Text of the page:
# Need help with a probability problem

• sdclaw
In summary, the probability of the desired outcome (A) occurring is 75% over the next 24 trials, given that the desired outcome has occurred 25% of the time in the past.

#### sdclaw

Guys and girls, I need help calculating the probability of the following event happening (or feel free to just tell me the answer )

I know an event has two possible outcomes, let's call the outcome A and outcome B. I know that the desired outcome (let's call it A) has occurred 25% of the time over a sample size of 200 events.

What is the probability that A will occur 75% (or greater) of the time over the next 24 occurances of the event happening?

I have a basic understanding of probability but I'm having trouble wrapping my head around this.

Last edited:
Use the binomial distribution with p(A)=1/4. Although you don't know p(A) exactly, 200 trials gives you a good estimate.

mathman said:
Use the binomial distribution with p(A)=1/4. Although you don't know p(A) exactly, 200 trials gives you a good estimate.

How do we account for the fact that after each additional trial p(A) changes. In this instance let's say trials 201-210 all yield the desired result. That being the case p(A) will increase after each of these trials.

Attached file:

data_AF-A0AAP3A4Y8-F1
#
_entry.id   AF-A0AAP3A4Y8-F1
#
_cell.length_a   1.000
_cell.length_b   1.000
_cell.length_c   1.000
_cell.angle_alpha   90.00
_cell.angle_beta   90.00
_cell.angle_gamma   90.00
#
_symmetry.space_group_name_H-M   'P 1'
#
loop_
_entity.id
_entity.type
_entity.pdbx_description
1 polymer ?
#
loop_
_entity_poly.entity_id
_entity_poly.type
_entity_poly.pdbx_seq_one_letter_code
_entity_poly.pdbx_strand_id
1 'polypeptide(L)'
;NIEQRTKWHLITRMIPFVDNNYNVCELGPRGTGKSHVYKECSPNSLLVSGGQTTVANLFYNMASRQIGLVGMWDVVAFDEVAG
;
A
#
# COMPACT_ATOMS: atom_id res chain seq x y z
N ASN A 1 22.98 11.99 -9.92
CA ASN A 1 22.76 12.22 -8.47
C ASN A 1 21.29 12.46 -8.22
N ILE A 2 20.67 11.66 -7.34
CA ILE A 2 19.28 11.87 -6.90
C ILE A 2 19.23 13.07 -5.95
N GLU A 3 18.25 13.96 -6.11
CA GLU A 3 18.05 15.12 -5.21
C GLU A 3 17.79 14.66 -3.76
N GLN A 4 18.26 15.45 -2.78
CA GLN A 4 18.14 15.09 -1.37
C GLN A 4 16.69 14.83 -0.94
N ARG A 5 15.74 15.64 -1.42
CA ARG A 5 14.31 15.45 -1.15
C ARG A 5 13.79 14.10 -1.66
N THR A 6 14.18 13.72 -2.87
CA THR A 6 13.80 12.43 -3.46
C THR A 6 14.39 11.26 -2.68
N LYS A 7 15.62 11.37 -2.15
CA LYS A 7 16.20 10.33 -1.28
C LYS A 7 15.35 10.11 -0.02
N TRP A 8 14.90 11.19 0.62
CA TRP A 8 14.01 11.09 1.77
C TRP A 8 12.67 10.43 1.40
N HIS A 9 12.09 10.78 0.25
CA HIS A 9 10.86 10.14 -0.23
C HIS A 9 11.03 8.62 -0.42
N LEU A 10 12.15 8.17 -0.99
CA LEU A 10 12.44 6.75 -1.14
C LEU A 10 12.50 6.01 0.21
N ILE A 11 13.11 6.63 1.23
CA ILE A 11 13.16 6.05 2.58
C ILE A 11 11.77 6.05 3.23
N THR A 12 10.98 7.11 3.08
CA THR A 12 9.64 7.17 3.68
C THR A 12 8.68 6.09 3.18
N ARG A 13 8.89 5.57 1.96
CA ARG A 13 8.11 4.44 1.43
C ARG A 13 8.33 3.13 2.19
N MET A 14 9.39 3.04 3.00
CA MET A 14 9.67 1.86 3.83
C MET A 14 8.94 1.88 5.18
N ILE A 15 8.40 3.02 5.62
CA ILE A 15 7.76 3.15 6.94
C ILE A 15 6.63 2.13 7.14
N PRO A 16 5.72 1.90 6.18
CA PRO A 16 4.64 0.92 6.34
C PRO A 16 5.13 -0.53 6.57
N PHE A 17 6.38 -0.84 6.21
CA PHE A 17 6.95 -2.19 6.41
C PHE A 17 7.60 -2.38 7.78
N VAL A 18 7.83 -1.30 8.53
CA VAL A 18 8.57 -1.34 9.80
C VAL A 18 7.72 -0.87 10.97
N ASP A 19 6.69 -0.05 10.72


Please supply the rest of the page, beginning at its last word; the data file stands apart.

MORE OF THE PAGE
Let's say you're wondering about the next 2 trials. For the next trial you predict "Heads" with probability 0.25, "Tails" with prob. 0.75. Let's say you have Heads. So you'd need to update 0.25 up to 51/201. But, let's say you have Tails. Then you'd need to update 0.25 down to 50/201.

Since you don't know whether you'll get Heads or Tails, you decide to calculate the "average" probability of Heads that you expect to have after the next trial, using the probabilities that you have currently (0.25 for Heads and 0.75 for Tails). The average probability that you can expect to have after your next trial is (51/201) x 0.25 + (50/201) x 0.75 = 50.25/201 = 0.25 exactly.

The interpretation is that before you run the next trial, all you can say is that you expect the probability of Heads to stay constant at 0.25. The same logic applies to the second-next trial, and so on...